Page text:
Do you believe Paul would turn around and tell Dorcas, for example, that it was OK for her to dress like the prostitutes of the day in order to witness to them?

this may be an interesting question. but it is absolutely irrelevant, or at least way too anecdotal, to the op.

65   Neil    
January 28th, 2010 at 10:17 pm

So I will return to my original premise: “If” a person’s outward appearance is based on rebellion against a perceived norm, is that something a Christian should emulate? “If” a person’s outward appearance is intended to sensually entice the opposite sex, is that something a Christian should emulate? If a person’s outward appearance is intended to draw attention to themselves is that something a Christian should emulate?

maybe
no
and maybe

now, can we dispense with the tangent of outward appearance?

66   Chris L    http://www.fishingtheabyss.com/
January 28th, 2010 at 10:37 pm

Do you believe Paul would turn around and tell Dorcas, for example, that it was OK for her to dress like the prostitutes of the day in order to witness to them?

Well, since the profession of prostitution is, itself, sinful, then no. But that’s an apples-to-oranges comparison to modern subcultures, which are not ontologically sinful…

67   Neil    
January 28th, 2010 at 11:13 pm

re 65…

ok, maybe the whole outward appearance question is not tangential… but it is certainly shallow. appearance is simply the veneer of what constitutes a sub-culture.

68   Neil    
January 28th, 2010 at 11:14 pm

Well, since the profession of prostitution is…

and why jump to an obviously extreme and immoral example?

69   john hughes    
January 29th, 2010 at 12:20 am

modern subcultures, which are not ontologically sinful…

Many subcultures are ontologically sinful.

Many biker subcultures are ontologically sinful.

Gang banger subcultures are ontologically sinful

The Hollywood subculture is ontologically sinful

The mafia subculture is ontologically sinful.

The Wallstreet elite subculture is ontologically sinful.

Many, many people emulate these.

Many music based subcultures are ontologically sinful.

70   john hughes    
January 29th, 2010 at 12:21 am

“Pants on the ground”, guys!

Goodnight!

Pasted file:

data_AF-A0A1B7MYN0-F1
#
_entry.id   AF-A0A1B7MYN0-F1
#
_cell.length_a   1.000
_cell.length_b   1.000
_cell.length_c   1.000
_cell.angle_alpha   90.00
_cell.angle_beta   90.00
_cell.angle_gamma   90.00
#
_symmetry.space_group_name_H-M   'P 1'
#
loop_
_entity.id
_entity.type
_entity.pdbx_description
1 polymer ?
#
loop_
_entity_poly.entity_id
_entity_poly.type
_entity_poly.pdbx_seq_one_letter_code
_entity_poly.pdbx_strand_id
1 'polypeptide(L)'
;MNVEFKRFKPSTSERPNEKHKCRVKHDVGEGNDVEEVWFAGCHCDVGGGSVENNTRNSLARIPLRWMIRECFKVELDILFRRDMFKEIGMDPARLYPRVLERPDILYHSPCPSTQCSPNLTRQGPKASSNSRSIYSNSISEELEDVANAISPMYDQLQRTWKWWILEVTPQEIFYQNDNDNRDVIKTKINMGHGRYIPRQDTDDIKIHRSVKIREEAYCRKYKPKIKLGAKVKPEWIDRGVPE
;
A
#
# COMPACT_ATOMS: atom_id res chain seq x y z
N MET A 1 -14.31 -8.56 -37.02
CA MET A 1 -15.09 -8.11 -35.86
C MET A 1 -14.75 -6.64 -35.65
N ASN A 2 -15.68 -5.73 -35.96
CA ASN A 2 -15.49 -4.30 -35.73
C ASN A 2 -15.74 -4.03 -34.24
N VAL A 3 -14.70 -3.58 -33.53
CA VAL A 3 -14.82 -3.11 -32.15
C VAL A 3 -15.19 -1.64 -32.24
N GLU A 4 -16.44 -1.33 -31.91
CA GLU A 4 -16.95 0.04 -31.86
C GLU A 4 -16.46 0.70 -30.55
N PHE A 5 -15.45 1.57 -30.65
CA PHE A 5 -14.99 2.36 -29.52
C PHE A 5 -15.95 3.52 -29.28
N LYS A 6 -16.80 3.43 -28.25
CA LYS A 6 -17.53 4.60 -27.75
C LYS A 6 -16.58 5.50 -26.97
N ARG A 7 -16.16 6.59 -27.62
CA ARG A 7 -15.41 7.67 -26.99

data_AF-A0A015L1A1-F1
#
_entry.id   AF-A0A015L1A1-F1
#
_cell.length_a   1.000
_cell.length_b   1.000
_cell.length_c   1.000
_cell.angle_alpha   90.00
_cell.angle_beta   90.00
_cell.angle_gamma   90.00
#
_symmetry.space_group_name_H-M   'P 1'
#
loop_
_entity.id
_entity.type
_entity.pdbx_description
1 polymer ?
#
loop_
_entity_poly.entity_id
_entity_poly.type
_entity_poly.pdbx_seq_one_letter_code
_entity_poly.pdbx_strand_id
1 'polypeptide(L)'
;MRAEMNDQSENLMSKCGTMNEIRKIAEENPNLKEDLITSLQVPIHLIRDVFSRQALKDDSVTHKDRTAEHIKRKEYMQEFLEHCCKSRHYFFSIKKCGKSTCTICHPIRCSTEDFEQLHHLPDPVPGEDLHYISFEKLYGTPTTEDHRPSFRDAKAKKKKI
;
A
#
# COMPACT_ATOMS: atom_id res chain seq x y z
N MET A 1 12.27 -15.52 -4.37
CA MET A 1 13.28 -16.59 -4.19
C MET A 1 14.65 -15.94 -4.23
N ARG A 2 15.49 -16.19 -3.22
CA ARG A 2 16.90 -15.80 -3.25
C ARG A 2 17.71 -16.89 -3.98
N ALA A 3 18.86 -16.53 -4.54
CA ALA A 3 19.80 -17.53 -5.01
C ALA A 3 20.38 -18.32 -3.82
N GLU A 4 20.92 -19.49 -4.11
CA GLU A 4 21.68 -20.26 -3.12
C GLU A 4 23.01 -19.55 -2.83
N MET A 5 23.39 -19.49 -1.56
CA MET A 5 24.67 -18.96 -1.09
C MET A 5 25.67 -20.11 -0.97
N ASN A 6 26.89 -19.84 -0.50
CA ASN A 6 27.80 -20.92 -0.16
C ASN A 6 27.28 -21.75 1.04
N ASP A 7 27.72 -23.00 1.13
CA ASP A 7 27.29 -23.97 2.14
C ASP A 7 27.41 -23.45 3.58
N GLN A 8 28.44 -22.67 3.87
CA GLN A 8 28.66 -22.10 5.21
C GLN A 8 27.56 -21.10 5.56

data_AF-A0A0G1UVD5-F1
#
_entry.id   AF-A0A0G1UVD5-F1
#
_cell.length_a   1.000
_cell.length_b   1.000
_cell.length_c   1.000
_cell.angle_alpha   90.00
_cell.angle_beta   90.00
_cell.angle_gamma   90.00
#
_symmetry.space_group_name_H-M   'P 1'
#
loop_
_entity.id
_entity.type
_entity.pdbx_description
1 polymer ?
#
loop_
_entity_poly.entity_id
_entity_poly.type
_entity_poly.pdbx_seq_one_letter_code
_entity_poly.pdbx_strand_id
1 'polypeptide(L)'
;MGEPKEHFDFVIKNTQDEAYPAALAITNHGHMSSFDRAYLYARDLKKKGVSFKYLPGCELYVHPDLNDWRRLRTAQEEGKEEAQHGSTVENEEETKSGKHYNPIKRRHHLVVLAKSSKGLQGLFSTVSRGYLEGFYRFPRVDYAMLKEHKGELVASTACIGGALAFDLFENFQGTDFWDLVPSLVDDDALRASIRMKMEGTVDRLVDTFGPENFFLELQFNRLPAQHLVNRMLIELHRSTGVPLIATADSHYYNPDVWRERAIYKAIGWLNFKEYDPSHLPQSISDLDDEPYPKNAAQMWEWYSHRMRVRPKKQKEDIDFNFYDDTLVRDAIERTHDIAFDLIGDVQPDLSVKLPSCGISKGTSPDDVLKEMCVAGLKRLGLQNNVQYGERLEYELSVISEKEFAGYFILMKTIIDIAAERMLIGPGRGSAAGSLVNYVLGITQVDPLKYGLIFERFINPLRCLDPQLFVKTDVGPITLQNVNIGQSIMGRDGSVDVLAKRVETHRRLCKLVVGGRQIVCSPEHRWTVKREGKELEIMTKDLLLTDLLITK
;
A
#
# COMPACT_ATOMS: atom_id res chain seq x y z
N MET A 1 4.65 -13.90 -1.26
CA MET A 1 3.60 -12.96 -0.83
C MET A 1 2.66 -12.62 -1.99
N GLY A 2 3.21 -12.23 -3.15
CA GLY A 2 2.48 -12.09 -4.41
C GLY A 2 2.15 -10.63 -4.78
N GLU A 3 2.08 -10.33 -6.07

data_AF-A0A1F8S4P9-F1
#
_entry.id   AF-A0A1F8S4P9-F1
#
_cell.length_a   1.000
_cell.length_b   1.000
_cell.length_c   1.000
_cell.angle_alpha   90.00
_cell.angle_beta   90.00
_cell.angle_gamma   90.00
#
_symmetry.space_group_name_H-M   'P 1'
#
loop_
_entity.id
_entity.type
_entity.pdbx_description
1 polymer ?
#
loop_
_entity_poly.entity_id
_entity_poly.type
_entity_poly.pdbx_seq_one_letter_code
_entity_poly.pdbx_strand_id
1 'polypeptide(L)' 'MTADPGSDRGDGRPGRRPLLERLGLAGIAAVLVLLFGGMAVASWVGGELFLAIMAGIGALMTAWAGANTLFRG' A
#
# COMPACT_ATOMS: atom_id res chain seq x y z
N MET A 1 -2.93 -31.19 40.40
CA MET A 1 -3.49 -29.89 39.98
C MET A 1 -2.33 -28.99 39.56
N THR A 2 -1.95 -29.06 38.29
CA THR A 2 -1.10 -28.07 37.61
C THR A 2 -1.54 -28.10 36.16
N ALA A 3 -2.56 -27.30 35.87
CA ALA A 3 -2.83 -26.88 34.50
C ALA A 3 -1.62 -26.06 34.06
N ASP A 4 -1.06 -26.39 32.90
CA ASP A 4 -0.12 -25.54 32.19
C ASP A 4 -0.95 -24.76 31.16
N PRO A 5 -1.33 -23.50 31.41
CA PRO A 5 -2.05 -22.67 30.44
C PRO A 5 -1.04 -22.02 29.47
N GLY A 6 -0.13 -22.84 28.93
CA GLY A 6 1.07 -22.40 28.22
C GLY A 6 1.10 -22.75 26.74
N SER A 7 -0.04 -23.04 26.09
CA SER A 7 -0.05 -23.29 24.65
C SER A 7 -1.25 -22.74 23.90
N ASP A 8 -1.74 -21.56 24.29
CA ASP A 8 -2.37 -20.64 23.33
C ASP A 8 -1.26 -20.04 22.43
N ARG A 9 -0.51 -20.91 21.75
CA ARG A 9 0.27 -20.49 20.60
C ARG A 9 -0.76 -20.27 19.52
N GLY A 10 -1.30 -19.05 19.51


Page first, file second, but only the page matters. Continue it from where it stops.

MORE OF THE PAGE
71   Neil    
January 29th, 2010 at 12:52 am

the longer this goes on, the more brendt’s point is illustrated.

72   Phil Miller    http://pmwords.blogspot.com
January 29th, 2010 at 8:10 am

Many subcultures are ontologically sinful.

Many biker subcultures are ontologically sinful.

Gang banger subcultures are ontologically sinful

The Hollywood subculture is ontologically sinful

The mafia subculture is ontologically sinful.

The Wallstreet elite subculture is ontologically sinful.

Many, many people emulate these.

Many music based subcultures are ontologically sinful.

I don’t really see how this even relates to what Brendt wrote, other than that you may be saying that since these cultures are “ontologically sinful” it is simply wrong to do anything special to try to be missionally relevant to them. By the way, it wasn’t uncommon among people to criticize missionaries to foreign lands by saying that the cultures they were trying to reach were inherently sinful. Thankfully, most missionaries ignored this criticism.

Also I’d say that I’d question calling something like the “Hollywood subculture” ontologically sinful. Does that simply mean that a Christian cannot be an actor, producer, or director? Yes, there are certainly plenty of things that come out of Hollywood that aren’t good, but to condemn the whole thing outright – well, I just don’t get it.

So I will return to my original premise: “If” a person’s outward appearance is based on rebellion against a perceived norm, is that something a Christian should emulate? “If” a person’s outward appearance is intended to sensually entice the opposite sex, is that something a Christian should emulate? If a person’s outward appearance is intended to draw attention to themselves is that something a Christian should emulate?

Again, what id the perceived norm? The perceived norm can change from family to family. Was John the Baptist rebelling by wearing clothes made out of camel’s hair? I could see your point about wearing clothes to entice the opposite sex (as if that’s something I could ever do anyway…). As far as drawing attention to ourselves, again I’d say go into certain parts of the city wearing a suit and tie, and you’ll definitely draw attention to yourself.

73   John Hughes    
January 29th, 2010 at 9:14 am

Phil,

#72 was in response to one of Chris’ comments.

I don’t really see how this even relates to what Brendt wrote, other than that you may be saying that since these cultures are “ontologically sinful” it is simply wrong to do anything special to try to be missionally relevant to them.

That is taking what I have been arguing way beyond what I have ever intended.

I think a person should just do what God would have them do, dress like God would have them dress and not loose any sleep over what people like me think about their behavior. that’s what I think. ;-)

74   John Hughes    
January 29th, 2010 at 9:26 am

Great observation Brendt. The church in America today is so quick to judge, so hypocritical and so superficial they can barely see past the foam on their latté’s. I am so glad we are not like that.

75   Neil    
January 29th, 2010 at 10:35 am

Many biker subcultures are ontologically sinful.

Gang banger subcultures are ontologically sinful

The Hollywood subculture is ontologically sinful

The mafia subculture is ontologically sinful.

The Wallstreet elite subculture is ontologically sinful.

Many, many people emulate these.

Many music based subcultures are ontologically sinful.

first – no one has advocated that someone join a biker gang, run drugs and guns, all in the hopes if reaching them. – therefore irrelevant!